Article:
This article is in today's Harrison newspaper.

Proposed legislation expected today, tomorrow

LITTLE ROCK - State Soil and Water Director Randy Young told his commission Wednesday that he was cooperating with Harrison-area legislators who would be introducing legislation to take farms in the Crooked Creek watershed out of controversial state phosphorus regulations.
That will remove farmers in Searcy County and parts of Boone, Newton and Marion Counties from requirements to develop a fertilization plan and use a certified fertilizer applicator to keep phosphorus runoff into streams to a minimum.
The Sugarloaf Creek, Bear Creek and Long Creek watersheds will be among the streams that still come under the proposed regulations in Boone County.
Young said Thursday morning that he would be meeting with state Reps. James Norton of Harrison and Monty Davenport of Yellville today or tomorrow to help them draft a bill exempting Crooked Creek farms from the regulations.
He had told the commission Wednesday that a University of Arkansas compilation of soil tests showed Boone County farms contained an average of 475 pounds of phosphorus per acre, which is significantly above the 60 to 100 pounds needed for farming. Marion had a 140 pound average, he said.
Asked why, given those figures, he was cooperating with the proposal to remove farms from the regulation, he said he had promised at a December legislative committee meeting that he would cooperate.
He also noted that Crooked Creek did not flow into another state.
Special "excess nutrient" areas were designated for regulation by the legislature two years ago under the threat that if Arkansas didn't act, Oklahoma would require what Young says are impossible phosphorus limits, choking growth in Washington and Benton Counties.
There have been similar rumblings from Missouri and Arkansas streams flowing into Missouri were also designated for regulation.
But the law also included the Crooked Creek watershed, which flows into the White River at Cotter and thence through Arkansas to the Mississippi River.
Representative Norton said Thursday that he had never understood why Crooked Creek was included. "I tried to keep it out two years ago," he said. "It may not have received the attention it should have," during the push to satisfy Oklahoma.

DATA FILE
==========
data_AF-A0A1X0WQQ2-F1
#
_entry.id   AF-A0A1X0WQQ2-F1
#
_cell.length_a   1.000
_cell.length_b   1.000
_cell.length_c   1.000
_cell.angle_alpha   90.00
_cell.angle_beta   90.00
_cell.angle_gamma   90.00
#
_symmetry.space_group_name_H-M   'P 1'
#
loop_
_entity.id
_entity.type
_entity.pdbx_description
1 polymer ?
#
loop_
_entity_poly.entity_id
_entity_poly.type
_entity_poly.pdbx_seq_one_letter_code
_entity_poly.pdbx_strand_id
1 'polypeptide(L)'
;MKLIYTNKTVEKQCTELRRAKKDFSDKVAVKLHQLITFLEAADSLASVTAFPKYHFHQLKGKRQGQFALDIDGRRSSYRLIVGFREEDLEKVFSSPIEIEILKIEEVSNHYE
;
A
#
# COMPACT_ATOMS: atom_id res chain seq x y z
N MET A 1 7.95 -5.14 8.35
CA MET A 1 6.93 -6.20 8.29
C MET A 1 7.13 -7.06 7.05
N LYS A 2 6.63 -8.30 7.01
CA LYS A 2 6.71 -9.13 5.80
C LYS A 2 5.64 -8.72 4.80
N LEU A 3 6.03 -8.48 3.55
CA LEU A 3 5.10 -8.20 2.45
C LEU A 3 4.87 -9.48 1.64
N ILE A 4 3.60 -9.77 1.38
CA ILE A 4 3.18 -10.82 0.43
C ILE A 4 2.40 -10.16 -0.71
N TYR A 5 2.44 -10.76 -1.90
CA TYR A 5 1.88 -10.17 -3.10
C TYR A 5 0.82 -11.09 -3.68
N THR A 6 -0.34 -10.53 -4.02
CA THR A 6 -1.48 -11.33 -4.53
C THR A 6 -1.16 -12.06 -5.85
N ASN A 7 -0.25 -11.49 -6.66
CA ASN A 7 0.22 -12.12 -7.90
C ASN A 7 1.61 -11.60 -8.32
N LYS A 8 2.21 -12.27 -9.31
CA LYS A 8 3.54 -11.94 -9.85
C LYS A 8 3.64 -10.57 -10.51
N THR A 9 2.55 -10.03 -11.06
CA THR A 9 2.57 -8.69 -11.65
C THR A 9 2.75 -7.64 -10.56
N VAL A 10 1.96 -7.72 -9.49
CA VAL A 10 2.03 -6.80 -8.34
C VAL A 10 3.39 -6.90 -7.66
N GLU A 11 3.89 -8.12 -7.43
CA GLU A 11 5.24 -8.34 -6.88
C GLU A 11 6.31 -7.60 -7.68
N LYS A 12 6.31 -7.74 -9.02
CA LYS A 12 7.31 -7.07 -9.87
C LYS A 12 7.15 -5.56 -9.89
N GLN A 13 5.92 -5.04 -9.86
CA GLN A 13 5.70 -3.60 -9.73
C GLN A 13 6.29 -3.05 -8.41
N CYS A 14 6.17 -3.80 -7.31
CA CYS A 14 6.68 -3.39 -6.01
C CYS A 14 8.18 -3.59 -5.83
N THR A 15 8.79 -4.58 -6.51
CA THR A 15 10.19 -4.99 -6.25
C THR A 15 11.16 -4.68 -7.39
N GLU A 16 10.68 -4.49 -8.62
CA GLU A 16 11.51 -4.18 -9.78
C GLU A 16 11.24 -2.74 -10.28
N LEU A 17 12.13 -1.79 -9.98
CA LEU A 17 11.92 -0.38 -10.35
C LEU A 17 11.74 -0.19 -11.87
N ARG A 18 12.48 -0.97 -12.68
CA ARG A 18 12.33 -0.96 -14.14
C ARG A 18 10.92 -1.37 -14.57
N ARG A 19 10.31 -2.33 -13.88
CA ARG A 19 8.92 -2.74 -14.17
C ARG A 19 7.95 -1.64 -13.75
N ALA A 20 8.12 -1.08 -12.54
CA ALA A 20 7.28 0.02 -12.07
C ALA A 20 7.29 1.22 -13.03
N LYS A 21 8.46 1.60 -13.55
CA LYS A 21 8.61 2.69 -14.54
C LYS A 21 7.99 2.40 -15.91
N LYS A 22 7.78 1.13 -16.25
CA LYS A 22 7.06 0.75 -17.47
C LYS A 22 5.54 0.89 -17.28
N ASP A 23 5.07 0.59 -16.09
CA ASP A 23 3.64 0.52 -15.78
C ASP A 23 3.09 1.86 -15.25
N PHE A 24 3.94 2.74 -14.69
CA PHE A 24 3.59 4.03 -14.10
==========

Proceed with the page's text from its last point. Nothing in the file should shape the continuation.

Norton said he, Davenport and state Sens. Randy Laverty of Jasper and Shawn Womack of Mountain Home would sponsor the bill and "hopefully it will go through relatively easy and fast."
The December meeting of the legislature's agriculture committee had resulted in Soil and Water's proposed regulations to implement the law being kicked back to the legislative rules committee instead of on to the Legislative Council whose approval would allow them to go into effect.
Representative Norton said Thursday that some two dozen unhappy Harrison-area farmers attended the December meeting, which drew no news coverage but slowed down motion to finalize the regulations.
At Wednesday's meeting, the Soil and Water Commission gave itself the power to act on the regulations for a 120 day emergency period until the interim legislative rules committee goes back into session after the legislature goes home. The emergency period can be extended for another 120 days but "not indefinitely," the commission was told.
The commission was urged by representatives of the state Department of Environmental Quality and the National Resource Conservation Service to use the emergency period to get cracking on training the local conservation district workers who will prepare the fertilization plans. If the legislative blockage ends, the regulations are to go into effect next Jan. 1. Federal farm and pollution agencies are expecting that, the commission was told.

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